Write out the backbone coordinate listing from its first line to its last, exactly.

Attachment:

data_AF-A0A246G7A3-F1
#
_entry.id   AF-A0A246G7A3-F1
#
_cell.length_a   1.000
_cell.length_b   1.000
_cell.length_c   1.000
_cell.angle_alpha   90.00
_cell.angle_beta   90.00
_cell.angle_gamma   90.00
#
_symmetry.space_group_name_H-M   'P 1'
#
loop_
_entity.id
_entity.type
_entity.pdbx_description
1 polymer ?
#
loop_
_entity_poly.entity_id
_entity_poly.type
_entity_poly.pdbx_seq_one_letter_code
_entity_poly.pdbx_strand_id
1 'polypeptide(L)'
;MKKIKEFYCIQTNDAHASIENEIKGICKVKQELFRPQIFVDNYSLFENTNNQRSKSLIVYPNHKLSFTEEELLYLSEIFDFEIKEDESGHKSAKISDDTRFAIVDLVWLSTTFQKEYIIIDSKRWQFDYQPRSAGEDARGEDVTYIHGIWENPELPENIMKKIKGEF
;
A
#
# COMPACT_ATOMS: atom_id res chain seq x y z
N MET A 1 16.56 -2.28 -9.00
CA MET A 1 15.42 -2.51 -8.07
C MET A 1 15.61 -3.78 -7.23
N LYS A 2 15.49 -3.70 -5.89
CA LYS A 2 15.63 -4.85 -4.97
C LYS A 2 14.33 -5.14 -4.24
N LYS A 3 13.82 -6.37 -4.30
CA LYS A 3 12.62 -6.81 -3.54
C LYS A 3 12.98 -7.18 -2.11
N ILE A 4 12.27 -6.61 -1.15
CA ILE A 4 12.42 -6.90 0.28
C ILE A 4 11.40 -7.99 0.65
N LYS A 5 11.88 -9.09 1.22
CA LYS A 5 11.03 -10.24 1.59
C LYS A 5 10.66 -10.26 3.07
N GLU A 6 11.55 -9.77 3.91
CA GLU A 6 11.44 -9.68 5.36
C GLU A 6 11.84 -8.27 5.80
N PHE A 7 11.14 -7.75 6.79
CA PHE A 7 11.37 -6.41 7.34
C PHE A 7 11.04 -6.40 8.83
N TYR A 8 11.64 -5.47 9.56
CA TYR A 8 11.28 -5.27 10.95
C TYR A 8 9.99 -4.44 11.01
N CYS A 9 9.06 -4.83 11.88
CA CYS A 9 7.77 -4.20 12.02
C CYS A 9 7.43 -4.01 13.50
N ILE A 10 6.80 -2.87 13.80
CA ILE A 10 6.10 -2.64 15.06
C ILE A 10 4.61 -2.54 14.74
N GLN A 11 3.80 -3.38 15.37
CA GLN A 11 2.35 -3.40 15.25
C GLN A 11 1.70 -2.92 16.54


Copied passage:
data_AF-A0A246G7A3-F1
#
_entry.id   AF-A0A246G7A3-F1
#
_cell.length_a   1.000
_cell.length_b   1.000
_cell.length_c   1.000
_cell.angle_alpha   90.00
_cell.angle_beta   90.00
_cell.angle_gamma   90.00
#
_symmetry.space_group_name_H-M   'P 1'
#
loop_
_entity.id
_entity.type
_entity.pdbx_description
1 polymer ?
#
loop_
_entity_poly.entity_id
_entity_poly.type
_entity_poly.pdbx_seq_one_letter_code
_entity_poly.pdbx_strand_id
1 'polypeptide(L)'
;MKKIKEFYCIQTNDAHASIENEIKGICKVKQELFRPQIFVDNYSLFENTNNQRSKSLIVYPNHKLSFTEEELLYLSEIFDFEIKEDESGHKSAKISDDTRFAIVDLVWLSTTFQKEYIIIDSKRWQFDYQPRSAGEDARGEDVTYIHGIWENPELPENIMKKIKGEF
;
A
#
# COMPACT_ATOMS: atom_id res chain seq x y z
N MET A 1 16.56 -2.28 -9.00
CA MET A 1 15.42 -2.51 -8.07
C MET A 1 15.61 -3.78 -7.23
N LYS A 2 15.49 -3.70 -5.89
CA LYS A 2 15.63 -4.85 -4.97
C LYS A 2 14.33 -5.14 -4.24
N LYS A 3 13.82 -6.37 -4.30
CA LYS A 3 12.62 -6.81 -3.54
C LYS A 3 12.98 -7.18 -2.11
N ILE A 4 12.27 -6.61 -1.15
CA ILE A 4 12.42 -6.90 0.28
C ILE A 4 11.40 -7.99 0.65
N LYS A 5 11.88 -9.09 1.22
CA LYS A 5 11.03 -10.24 1.59
C LYS A 5 10.66 -10.26 3.07
N GLU A 6 11.55 -9.77 3.91
CA GLU A 6 11.44 -9.68 5.36
C GLU A 6 11.84 -8.27 5.80
N PHE A 7 11.14 -7.75 6.79
CA PHE A 7 11.37 -6.41 7.34
C PHE A 7 11.04 -6.40 8.83
N TYR A 8 11.64 -5.47 9.56
CA TYR A 8 11.28 -5.27 10.95
C TYR A 8 9.99 -4.44 11.01
N CYS A 9 9.06 -4.83 11.88
CA CYS A 9 7.77 -4.20 12.02
C CYS A 9 7.43 -4.01 13.50
N ILE A 10 6.80 -2.87 13.80
CA ILE A 10 6.10 -2.64 15.06
C ILE A 10 4.61 -2.54 14.74
N GLN A 11 3.80 -3.38 15.37
CA GLN A 11 2.35 -3.40 15.25
C GLN A 11 1.70 -2.92 16.54